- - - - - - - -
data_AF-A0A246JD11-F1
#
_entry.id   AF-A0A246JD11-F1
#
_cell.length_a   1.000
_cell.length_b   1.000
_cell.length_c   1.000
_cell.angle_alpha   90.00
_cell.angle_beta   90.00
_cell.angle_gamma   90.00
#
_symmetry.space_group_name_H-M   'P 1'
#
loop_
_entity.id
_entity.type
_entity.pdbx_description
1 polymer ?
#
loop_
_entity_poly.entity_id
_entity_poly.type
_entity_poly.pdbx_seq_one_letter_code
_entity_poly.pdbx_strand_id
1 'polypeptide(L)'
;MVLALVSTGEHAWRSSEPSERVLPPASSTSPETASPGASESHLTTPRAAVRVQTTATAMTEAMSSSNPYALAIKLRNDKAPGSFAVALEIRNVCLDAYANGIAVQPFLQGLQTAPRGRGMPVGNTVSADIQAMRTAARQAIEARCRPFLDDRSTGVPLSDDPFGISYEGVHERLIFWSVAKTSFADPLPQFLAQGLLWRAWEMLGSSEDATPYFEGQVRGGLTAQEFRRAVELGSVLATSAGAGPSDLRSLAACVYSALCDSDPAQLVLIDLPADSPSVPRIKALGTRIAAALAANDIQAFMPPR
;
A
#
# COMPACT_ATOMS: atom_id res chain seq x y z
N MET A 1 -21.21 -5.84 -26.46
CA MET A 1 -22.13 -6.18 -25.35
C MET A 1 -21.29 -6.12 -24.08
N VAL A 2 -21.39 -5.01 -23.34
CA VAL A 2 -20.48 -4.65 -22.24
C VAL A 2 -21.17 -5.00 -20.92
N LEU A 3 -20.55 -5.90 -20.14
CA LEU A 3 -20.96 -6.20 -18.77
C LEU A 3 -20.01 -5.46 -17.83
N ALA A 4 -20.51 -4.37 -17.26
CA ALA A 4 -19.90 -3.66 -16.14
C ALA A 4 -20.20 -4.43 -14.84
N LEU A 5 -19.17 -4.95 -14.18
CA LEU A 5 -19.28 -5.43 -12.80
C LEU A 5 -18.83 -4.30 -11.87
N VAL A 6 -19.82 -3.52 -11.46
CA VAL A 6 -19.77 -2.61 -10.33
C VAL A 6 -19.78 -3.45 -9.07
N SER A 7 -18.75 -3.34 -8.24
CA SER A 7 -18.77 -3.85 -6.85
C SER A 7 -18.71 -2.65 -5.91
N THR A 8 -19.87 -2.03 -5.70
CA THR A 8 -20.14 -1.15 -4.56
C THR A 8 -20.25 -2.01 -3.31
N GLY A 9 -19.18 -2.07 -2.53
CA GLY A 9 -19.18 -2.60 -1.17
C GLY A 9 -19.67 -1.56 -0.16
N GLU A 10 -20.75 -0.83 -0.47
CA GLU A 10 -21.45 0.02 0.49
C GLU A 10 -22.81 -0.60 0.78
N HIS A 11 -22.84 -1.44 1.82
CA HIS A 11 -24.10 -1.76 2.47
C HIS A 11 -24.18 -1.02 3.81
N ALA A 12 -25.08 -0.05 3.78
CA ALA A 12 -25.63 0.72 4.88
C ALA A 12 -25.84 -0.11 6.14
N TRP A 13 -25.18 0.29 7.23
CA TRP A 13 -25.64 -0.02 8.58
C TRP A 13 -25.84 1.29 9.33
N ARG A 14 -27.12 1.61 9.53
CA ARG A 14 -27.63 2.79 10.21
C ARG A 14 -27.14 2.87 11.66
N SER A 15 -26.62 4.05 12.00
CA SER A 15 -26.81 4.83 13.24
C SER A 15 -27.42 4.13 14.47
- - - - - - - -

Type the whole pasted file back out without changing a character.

data_AF-A0A246JD11-F1
#
_entry.id   AF-A0A246JD11-F1
#
_cell.length_a   1.000
_cell.length_b   1.000
_cell.length_c   1.000
_cell.angle_alpha   90.00
_cell.angle_beta   90.00
_cell.angle_gamma   90.00
#
_symmetry.space_group_name_H-M   'P 1'
#
loop_
_entity.id
_entity.type
_entity.pdbx_description
1 polymer ?
#
loop_
_entity_poly.entity_id
_entity_poly.type
_entity_poly.pdbx_seq_one_letter_code
_entity_poly.pdbx_strand_id
1 'polypeptide(L)'
;MVLALVSTGEHAWRSSEPSERVLPPASSTSPETASPGASESHLTTPRAAVRVQTTATAMTEAMSSSNPYALAIKLRNDKAPGSFAVALEIRNVCLDAYANGIAVQPFLQGLQTAPRGRGMPVGNTVSADIQAMRTAARQAIEARCRPFLDDRSTGVPLSDDPFGISYEGVHERLIFWSVAKTSFADPLPQFLAQGLLWRAWEMLGSSEDATPYFEGQVRGGLTAQEFRRAVELGSVLATSAGAGPSDLRSLAACVYSALCDSDPAQLVLIDLPADSPSVPRIKALGTRIAAALAANDIQAFMPPR
;
A
#
# COMPACT_ATOMS: atom_id res chain seq x y z
N MET A 1 -21.21 -5.84 -26.46
CA MET A 1 -22.13 -6.18 -25.35
C MET A 1 -21.29 -6.12 -24.08
N VAL A 2 -21.39 -5.01 -23.34
CA VAL A 2 -20.48 -4.65 -22.24
C VAL A 2 -21.17 -5.00 -20.92
N LEU A 3 -20.55 -5.90 -20.14
CA LEU A 3 -20.96 -6.20 -18.77
C LEU A 3 -20.01 -5.46 -17.83
N ALA A 4 -20.51 -4.37 -17.26
CA ALA A 4 -19.90 -3.66 -16.14
C ALA A 4 -20.20 -4.43 -14.84
N LEU A 5 -19.17 -4.95 -14.18
CA LEU A 5 -19.28 -5.43 -12.80
C LEU A 5 -18.83 -4.30 -11.87
N VAL A 6 -19.82 -3.52 -11.46
CA VAL A 6 -19.77 -2.61 -10.33
C VAL A 6 -19.78 -3.45 -9.07
N SER A 7 -18.75 -3.34 -8.24
CA SER A 7 -18.77 -3.85 -6.85
C SER A 7 -18.71 -2.65 -5.91
N THR A 8 -19.87 -2.03 -5.70
CA THR A 8 -20.14 -1.15 -4.56
C THR A 8 -20.25 -2.01 -3.31
N GLY A 9 -19.18 -2.07 -2.53
CA GLY A 9 -19.18 -2.60 -1.17
C GLY A 9 -19.67 -1.56 -0.16
N GLU A 10 -20.75 -0.83 -0.47
CA GLU A 10 -21.45 0.02 0.49
C GLU A 10 -22.81 -0.60 0.78
N HIS A 11 -22.84 -1.44 1.82
CA HIS A 11 -24.10 -1.76 2.47
C HIS A 11 -24.18 -1.02 3.81
N ALA A 12 -25.08 -0.05 3.78
CA ALA A 12 -25.63 0.72 4.88
C ALA A 12 -25.84 -0.11 6.14
N TRP A 13 -25.18 0.29 7.23
CA TRP A 13 -25.64 -0.02 8.58
C TRP A 13 -25.84 1.29 9.33
N ARG A 14 -27.12 1.61 9.53
CA ARG A 14 -27.63 2.79 10.21
C ARG A 14 -27.14 2.87 11.66
N SER A 15 -26.62 4.05 12.00
CA SER A 15 -26.81 4.83 13.24
C SER A 15 -27.42 4.13 14.47